By Paul Blaufuss
When I was a kid I was crazy about pro wrestling. I watched very week on television and went to every match in person when the circus came through town. I vividly recall a match when Rowdy Roddy Piper wrestled Hulk Hogan. My friends and I made kilts out of cheap plaid tablecloths to wear to the match downtown. The funny part was that this match took place in January. In Buffalo. It was cold.
Over time it became obvious that wrestling was scripted â€˜sports entertainmentâ€™ as opposed to a true sport, and later the wrestling sanctioning bodies admitted as much. I grew up, moved on, and have not watched since.
Anyone who knows me knows that I love concerts and music. I have probably been to almost as many concerts in my life as races. My 15-year-old daughter inherited this gene as well, and music has become our bond. I have taken her to see favorite bands from my era, and she has taken me to see some of herâ€™s. We are regulars at Amosâ€™, the Fillmore and the local Amphitheaters.
Recently we went to see Van Halen. Watching Eddie Van Halenâ€™s guitar solo alone was worth the price of admission. It was like watching Michelangelo paint the Sistine Chapel. I felt I was watching a pure genius create art that will never be equaled. Recently we also went to the Fillmore to see one of her more modern bands. I do not believe anyone in the band played more than one chord, if they were playing at all. You see, when they stopped playing their guitars to clap with the crowd or whatever,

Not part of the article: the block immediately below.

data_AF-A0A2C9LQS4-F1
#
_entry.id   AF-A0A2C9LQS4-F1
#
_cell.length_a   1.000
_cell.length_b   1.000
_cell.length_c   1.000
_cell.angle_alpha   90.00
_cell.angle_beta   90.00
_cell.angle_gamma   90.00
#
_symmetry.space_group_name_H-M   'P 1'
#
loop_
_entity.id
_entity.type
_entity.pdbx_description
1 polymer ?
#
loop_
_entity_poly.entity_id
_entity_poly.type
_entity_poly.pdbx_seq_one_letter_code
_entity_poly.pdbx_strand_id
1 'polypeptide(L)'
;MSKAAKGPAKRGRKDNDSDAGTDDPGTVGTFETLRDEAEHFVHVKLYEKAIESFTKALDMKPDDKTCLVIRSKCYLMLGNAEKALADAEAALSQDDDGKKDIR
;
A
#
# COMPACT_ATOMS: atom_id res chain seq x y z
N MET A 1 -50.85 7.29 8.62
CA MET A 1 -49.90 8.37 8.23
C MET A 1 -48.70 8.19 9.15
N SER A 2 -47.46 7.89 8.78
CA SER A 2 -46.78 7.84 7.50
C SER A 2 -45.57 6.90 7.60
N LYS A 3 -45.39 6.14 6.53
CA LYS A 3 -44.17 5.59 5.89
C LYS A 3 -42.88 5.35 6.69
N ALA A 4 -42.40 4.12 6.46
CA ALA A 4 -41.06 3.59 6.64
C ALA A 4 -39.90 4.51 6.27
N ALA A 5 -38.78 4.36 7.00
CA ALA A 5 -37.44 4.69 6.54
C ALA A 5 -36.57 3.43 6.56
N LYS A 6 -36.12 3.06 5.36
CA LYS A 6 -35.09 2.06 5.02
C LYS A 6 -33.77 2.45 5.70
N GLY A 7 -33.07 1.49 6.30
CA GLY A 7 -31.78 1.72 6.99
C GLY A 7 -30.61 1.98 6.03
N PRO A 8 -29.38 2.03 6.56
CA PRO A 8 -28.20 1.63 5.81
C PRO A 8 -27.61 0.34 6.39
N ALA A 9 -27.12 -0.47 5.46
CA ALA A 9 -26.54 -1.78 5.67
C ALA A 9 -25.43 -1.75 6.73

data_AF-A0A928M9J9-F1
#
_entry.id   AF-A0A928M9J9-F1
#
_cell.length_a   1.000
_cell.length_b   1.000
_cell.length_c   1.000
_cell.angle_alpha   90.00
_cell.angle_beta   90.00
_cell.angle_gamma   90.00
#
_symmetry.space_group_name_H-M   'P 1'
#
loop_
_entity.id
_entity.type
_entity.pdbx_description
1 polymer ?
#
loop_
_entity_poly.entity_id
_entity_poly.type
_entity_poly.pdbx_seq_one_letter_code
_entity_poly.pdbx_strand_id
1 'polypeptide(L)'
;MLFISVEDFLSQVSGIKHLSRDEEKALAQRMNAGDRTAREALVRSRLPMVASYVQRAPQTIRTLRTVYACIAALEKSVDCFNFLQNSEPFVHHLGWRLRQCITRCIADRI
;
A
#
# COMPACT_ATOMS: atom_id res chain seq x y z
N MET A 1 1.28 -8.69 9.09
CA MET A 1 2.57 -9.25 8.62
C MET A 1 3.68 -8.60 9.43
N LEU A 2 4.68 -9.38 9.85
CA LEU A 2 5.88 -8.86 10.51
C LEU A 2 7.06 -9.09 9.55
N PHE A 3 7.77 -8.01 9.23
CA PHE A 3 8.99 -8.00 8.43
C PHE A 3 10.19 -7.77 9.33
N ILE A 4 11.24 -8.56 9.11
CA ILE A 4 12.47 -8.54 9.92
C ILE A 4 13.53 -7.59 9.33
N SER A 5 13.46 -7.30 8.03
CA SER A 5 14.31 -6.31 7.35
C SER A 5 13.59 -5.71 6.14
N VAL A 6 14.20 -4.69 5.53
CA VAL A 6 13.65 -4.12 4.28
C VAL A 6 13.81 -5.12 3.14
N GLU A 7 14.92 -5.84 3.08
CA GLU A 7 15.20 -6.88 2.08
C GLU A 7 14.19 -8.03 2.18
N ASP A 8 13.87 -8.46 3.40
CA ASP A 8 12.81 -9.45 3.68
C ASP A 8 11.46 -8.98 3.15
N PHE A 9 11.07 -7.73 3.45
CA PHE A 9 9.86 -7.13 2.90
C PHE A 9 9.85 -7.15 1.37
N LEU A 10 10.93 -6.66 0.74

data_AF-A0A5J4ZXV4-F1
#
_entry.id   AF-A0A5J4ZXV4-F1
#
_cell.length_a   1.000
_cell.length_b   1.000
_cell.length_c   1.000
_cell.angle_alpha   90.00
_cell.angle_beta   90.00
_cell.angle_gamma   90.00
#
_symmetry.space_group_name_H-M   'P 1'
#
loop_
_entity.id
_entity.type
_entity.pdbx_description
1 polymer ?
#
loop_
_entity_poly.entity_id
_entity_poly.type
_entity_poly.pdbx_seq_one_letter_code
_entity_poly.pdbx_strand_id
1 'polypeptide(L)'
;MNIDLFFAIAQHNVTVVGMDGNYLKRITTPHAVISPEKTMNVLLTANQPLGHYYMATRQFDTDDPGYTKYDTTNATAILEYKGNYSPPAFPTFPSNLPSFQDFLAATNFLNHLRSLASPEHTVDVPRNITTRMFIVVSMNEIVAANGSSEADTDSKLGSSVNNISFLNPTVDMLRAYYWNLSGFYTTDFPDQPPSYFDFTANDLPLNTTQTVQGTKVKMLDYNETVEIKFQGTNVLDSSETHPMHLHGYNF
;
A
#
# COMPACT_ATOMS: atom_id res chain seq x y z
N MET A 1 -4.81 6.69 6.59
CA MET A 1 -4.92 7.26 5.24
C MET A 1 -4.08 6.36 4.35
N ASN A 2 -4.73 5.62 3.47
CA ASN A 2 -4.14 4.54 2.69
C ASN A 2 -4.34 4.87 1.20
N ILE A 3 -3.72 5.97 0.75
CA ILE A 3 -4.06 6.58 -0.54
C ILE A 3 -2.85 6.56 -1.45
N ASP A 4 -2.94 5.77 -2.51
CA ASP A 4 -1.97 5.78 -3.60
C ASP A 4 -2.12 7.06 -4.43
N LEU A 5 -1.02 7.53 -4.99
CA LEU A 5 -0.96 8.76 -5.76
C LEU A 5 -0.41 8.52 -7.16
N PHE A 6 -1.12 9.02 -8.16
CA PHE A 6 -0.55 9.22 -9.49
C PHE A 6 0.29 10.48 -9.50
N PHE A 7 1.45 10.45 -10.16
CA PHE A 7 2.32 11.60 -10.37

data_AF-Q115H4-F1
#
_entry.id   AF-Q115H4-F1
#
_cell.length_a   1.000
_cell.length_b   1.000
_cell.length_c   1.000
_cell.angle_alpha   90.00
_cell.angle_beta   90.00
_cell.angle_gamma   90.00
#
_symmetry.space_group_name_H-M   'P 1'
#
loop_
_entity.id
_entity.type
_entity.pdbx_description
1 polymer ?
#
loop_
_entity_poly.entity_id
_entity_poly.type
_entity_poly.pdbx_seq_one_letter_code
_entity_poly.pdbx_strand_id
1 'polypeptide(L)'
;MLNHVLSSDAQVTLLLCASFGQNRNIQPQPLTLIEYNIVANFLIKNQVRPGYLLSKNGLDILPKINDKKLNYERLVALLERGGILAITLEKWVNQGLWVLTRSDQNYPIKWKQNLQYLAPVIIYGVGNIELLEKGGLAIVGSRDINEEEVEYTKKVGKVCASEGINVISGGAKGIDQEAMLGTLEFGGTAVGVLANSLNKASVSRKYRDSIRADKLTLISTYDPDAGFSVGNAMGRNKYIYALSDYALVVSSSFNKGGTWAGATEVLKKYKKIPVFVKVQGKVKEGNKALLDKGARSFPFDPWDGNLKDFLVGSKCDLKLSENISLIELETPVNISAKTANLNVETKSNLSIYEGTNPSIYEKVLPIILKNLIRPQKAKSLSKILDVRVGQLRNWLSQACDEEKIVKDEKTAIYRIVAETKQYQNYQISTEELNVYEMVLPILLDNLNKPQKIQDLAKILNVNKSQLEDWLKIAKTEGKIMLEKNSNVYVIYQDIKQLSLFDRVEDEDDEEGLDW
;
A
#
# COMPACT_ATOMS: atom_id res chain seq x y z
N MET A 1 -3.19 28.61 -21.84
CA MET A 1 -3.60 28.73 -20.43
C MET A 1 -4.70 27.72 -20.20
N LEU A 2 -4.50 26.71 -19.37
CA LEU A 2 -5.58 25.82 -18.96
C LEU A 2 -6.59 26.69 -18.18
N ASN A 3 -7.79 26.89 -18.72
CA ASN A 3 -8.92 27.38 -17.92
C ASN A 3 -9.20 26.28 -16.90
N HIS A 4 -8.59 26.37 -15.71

the guitar sound kept playing. Pre recorded filler tracks were used, obviously. There was a lot of screaming excitement and enthusiasm, but so much for creative, real, valuable live music. Van Halen still influences music and young guitar players almost 40 years after their debut. I doubt anyone will even remember my daughterâ€™s band 4 years, or maybe even 4 months, from now.
What does all this have to do with racing you may ask? I suppose nothing on one hand, and everything on the other.
Racing is obviously part of the sporting/ entertainment industry. Ultimately the only stock in trade any sport or entertainment enterprise has is the quality of the product. That may encompass many things: among them entertainment value, competitiveness and excitement of the event. However, most important to me is the honesty of the product, integrity of the competition, and consistent, fair and equal application of the rules in a logical and consistent manner.
Which brings me to the events that took place in the NASCAR Sprint Cup race at Martinsville last weekend, and the state of NASCAR in general. I have a major problem with the impetuous behavior of Matt Kenseth and Joey Logano, but moreover the condition in which these recent events may leave the sport. To recap, there has been some bad blood between Matt and Joey for some time. Joey dumped Matt at Kansas. Kensethâ€™s title chances were for all intents gone in that one instant. Retaliation was sure to come, and so it did this past week. After a wreck earlier in the race Kenseth, while running ten laps down, saw his opportunity and dumped Logano entering turn one. The behavior on both parts has been rather infantile, but has always been part of stock car racing. Remember when Dale Sr. just said he wanted to rattle Terry Labonteâ€™s cage a little bit at Bristol? There has always been an unwritten rule in the driversâ€™ code of conduct, regarding settling things on the track. Respect and trust exists between drivers, as does retaliation when those lines are crossed.
To double down on the problem, a few years ago NASCAR told the drivers â€œboys have at itâ€ giving them free reign to settle scores on the track. Then when the drivers do, NASCAR imposes penalties subjectively and inconsistently. Kenseth was suspended two races; Logano, not at all for his indiscretion.
What would the reaction be if Major League Baseball redefined the strike zone just before the World Series, and then arbitrarily manipulated how balls and strikes were called retroactively when the game was completed?